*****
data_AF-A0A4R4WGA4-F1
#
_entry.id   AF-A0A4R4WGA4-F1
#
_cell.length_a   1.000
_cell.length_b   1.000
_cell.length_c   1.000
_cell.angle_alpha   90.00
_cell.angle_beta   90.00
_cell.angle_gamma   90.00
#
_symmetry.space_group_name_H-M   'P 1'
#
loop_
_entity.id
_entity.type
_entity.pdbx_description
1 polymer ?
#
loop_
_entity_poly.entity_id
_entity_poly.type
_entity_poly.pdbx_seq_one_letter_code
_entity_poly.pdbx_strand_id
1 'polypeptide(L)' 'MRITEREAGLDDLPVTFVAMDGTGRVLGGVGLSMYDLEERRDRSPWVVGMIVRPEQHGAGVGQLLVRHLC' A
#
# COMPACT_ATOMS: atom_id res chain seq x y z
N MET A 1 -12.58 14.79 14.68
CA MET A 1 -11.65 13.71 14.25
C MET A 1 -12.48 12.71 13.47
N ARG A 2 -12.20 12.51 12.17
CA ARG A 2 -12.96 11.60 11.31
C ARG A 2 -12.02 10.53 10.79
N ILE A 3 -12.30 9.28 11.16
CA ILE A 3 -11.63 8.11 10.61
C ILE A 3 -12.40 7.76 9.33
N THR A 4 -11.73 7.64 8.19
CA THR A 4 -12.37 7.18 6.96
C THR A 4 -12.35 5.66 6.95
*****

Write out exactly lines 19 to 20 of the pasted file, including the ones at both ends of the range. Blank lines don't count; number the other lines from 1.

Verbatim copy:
#
loop_